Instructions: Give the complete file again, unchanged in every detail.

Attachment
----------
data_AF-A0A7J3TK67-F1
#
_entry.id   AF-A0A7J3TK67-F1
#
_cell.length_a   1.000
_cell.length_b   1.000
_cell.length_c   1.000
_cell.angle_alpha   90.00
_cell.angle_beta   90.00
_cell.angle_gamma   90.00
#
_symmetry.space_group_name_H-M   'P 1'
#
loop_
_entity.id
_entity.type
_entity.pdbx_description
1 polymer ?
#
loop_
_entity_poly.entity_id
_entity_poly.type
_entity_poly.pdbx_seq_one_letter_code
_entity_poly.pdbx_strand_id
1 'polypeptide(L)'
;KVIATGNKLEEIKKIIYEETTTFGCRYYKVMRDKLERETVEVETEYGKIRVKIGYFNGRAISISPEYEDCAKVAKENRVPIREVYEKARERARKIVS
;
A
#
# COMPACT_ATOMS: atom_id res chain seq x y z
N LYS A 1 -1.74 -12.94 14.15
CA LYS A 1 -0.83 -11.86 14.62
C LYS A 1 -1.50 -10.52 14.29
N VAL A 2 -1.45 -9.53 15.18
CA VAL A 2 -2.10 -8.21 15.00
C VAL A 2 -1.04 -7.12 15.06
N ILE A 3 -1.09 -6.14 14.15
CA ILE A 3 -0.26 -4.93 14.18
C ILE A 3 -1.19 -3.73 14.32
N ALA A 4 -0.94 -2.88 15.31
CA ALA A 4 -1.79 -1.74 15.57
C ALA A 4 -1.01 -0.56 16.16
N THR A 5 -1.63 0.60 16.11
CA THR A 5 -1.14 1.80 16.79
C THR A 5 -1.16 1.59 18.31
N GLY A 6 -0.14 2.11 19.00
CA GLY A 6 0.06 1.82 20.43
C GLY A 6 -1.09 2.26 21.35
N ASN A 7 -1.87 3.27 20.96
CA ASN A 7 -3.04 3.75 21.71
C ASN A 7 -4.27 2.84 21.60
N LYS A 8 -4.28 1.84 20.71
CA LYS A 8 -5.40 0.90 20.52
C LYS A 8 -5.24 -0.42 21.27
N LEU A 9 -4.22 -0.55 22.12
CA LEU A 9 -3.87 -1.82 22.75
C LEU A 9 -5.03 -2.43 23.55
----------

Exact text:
data_AF-A0A7J3TK67-F1
#
_entry.id   AF-A0A7J3TK67-F1
#
_cell.length_a   1.000
_cell.length_b   1.000
_cell.length_c   1.000
_cell.angle_alpha   90.00
_cell.angle_beta   90.00
_cell.angle_gamma   90.00
#
_symmetry.space_group_name_H-M   'P 1'
#
loop_
_entity.id
_entity.type
_entity.pdbx_description
1 polymer ?
#
loop_
_entity_poly.entity_id
_entity_poly.type
_entity_poly.pdbx_seq_one_letter_code
_entity_poly.pdbx_strand_id
1 'polypeptide(L)'
;KVIATGNKLEEIKKIIYEETTTFGCRYYKVMRDKLERETVEVETEYGKIRVKIGYFNGRAISISPEYEDCAKVAKENRVPIREVYEKARERARKIVS
;
A
#
# COMPACT_ATOMS: atom_id res chain seq x y z
N LYS A 1 -1.74 -12.94 14.15
CA LYS A 1 -0.83 -11.86 14.62
C LYS A 1 -1.50 -10.52 14.29
N VAL A 2 -1.45 -9.53 15.18
CA VAL A 2 -2.10 -8.21 15.00
C VAL A 2 -1.04 -7.12 15.06
N ILE A 3 -1.09 -6.14 14.15
CA ILE A 3 -0.26 -4.93 14.18
C ILE A 3 -1.19 -3.73 14.32
N ALA A 4 -0.94 -2.88 15.31
CA ALA A 4 -1.79 -1.74 15.57
C ALA A 4 -1.01 -0.56 16.16
N THR A 5 -1.63 0.60 16.11
CA THR A 5 -1.14 1.80 16.79
C THR A 5 -1.16 1.59 18.31
N GLY A 6 -0.14 2.11 19.00
CA GLY A 6 0.06 1.82 20.43
C GLY A 6 -1.09 2.26 21.35
N ASN A 7 -1.87 3.27 20.96
CA ASN A 7 -3.04 3.75 21.71
C ASN A 7 -4.27 2.84 21.60
N LYS A 8 -4.28 1.84 20.71
CA LYS A 8 -5.40 0.90 20.52
C LYS A 8 -5.24 -0.42 21.27
N LEU A 9 -4.22 -0.55 22.12
CA LEU A 9 -3.87 -1.82 22.75
C LEU A 9 -5.03 -2.43 23.55